Journalist’s Brody and Lamb try to make the case that Trump, who was raised as a Presbyterian, is being transformed. That he is a “Born Again” Christian; that he accepted Jesus into his heart years ago. I have shared a stage with Life Today’s James Robison and Bishop Harry Jackson (two men in Trump’s inner faith circle) and Robison in particular is credited with leading Trump the Candidate to Christ and being his spiritual mentor.
The book takes a deep dive into Trump’s roots: He is ironically the son of an immigrant mother from Scotland, and his grandparents on his father’s side came from Germany. Yet, they admit that Trump is himself not an avid Bible reader or student of the Gospel, something he showed the world when he referred to “Two Corinthians” in a speech during the 2016 campaign. Lamb and Brody present lots of interviews and research that attempt to “redefine” the angry, petulant, mean-spirited, disrespectful, admitted adulterer and groper of women Donald Trump we see daily on Twitter ranting on everyone from the FBI, to Oprah, to women who have accused him of sexual assault, to foreign leaders, to his own DOJ officials, Obama, Hillary, and black athletes who kneel during the national anthem.
Ultimately, they fail. And the reason their effort to sell Trump as a man of faith falls short is because he shows us daily by his deeds who he truly is. The book does offer some insight into who Trump is, how he was raised, the huge influence of his father, who by all accounts was a tough man, not given to much warmth to his wife or his children. He was a power mogul. He (Father Trump) was building an empire. It left time for little else. It seems as though the apple truly never falls far from the tree.
The Rev. Billy Graham once quipped that “self-centered indulgence, pride and a lack of shame over sin are now emblems of the American lifestyle.” As I listen to the current debate on guns, race, immigration and the like, I think he was right.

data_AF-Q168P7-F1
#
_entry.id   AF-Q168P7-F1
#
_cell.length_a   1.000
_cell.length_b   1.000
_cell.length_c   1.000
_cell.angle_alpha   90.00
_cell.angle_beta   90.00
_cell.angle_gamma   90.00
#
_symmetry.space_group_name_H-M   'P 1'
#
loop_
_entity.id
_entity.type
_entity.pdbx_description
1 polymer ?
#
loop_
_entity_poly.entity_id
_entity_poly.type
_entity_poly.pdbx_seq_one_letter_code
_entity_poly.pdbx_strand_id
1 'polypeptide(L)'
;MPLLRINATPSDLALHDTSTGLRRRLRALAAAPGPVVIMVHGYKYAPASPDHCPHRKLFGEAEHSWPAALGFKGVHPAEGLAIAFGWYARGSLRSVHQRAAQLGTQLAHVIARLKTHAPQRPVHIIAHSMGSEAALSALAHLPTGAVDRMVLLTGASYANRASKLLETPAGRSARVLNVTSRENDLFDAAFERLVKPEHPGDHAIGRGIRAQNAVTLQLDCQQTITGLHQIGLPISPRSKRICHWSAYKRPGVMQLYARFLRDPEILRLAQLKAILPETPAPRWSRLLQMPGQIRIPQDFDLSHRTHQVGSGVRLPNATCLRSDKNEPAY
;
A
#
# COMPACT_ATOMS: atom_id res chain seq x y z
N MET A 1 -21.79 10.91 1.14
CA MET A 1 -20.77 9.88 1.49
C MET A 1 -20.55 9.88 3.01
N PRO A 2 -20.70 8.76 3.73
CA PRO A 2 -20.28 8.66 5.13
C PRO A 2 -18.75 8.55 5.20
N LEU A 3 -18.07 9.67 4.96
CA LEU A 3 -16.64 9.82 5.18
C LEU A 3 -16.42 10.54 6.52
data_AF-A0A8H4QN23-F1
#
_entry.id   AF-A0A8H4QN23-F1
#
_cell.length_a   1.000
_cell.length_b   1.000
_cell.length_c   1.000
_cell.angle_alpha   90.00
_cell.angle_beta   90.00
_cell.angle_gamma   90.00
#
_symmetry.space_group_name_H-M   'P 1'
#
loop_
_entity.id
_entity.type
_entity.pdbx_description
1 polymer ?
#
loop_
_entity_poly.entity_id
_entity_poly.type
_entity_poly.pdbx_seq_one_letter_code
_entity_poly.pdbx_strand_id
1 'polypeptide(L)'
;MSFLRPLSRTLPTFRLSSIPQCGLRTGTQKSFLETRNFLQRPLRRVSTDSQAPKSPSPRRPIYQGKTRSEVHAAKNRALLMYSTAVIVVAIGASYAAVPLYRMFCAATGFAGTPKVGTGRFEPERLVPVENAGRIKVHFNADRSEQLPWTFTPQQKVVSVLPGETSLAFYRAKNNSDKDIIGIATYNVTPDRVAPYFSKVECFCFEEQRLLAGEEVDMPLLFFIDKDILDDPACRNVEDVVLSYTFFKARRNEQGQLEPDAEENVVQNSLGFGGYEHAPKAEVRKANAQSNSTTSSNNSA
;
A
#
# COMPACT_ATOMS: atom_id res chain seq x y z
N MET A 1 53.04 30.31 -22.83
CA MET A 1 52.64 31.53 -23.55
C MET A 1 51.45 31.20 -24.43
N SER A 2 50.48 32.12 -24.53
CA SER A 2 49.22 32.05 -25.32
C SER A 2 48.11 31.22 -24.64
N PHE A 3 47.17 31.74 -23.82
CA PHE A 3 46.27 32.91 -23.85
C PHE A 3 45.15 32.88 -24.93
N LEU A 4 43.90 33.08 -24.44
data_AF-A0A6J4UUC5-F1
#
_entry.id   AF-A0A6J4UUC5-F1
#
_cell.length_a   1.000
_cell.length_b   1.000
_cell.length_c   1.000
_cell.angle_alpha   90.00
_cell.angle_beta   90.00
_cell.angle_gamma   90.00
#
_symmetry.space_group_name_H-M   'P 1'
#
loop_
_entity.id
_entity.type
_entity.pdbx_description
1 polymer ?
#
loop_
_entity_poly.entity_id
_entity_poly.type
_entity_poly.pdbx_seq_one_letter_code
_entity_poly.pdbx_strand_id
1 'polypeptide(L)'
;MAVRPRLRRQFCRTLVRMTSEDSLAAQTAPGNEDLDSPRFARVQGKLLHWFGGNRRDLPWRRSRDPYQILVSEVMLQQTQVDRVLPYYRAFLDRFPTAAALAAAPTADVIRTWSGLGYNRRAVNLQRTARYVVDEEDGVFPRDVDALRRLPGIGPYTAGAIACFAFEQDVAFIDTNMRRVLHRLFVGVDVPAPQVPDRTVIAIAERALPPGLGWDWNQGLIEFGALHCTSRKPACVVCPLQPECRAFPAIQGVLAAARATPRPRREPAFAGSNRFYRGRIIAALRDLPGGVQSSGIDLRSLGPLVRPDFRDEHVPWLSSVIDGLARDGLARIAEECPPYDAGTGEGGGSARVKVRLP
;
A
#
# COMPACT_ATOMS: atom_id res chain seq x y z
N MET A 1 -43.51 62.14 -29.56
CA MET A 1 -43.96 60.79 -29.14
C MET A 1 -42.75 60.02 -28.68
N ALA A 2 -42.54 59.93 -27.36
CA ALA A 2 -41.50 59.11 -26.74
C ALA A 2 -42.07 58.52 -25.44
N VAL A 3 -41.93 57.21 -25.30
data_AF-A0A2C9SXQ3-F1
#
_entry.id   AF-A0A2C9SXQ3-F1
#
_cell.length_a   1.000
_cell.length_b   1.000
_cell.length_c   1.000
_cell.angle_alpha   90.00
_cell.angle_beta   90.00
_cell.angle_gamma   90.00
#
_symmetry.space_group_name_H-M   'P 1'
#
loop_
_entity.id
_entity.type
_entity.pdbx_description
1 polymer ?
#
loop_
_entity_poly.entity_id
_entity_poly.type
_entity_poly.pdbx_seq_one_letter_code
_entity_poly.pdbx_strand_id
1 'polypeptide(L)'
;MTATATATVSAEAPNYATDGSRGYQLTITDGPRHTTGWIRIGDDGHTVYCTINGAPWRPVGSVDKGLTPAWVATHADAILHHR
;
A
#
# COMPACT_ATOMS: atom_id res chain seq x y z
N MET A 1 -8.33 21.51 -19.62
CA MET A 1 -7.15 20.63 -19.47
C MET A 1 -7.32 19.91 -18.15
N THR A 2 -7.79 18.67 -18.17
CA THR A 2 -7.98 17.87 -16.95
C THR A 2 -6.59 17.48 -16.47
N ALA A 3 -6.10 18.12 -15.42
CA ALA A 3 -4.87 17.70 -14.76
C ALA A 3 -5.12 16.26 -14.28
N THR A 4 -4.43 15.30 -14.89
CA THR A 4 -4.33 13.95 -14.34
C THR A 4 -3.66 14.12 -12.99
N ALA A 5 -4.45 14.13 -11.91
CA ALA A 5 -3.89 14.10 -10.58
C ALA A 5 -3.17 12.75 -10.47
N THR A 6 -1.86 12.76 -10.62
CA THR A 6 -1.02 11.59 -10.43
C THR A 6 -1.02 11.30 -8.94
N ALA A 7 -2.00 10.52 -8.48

Perhaps that is the answer we all seek as to why Donald Trump can be at once revered as the “second coming” by evangelicals and why those outside of the faith are so appalled by him. It is our culture and Trump is the mirror none of us wants to look into. Trump gets away with it because Trump is the standard of who we as Americans have become: greedy, rude, immoral, self-indulgent, demanding of our rights over those of others, short-tempered, sexist, bigoted, and entitled. That is not just who Trump is, that is who we are; including, regrettably many of us in the broad Christian faith.
In the final analysis, if we are to use the life of Billy Graham as a reflection point on faith, we know that truly being a follower of Christ leads us to transform. To be different. To be better. To be kinder, and more caring toward our fellow man. When I see President Trump begin to lead us from that place, maybe I can begin to see this man of “faith” that Brody and Lamb are trying to sell.
Sophia A. Nelson is an NBC THINK contributor and award-winning author of E Pluribus One: Reclaiming Our Founders Vision for a United America (Center Street, 2017).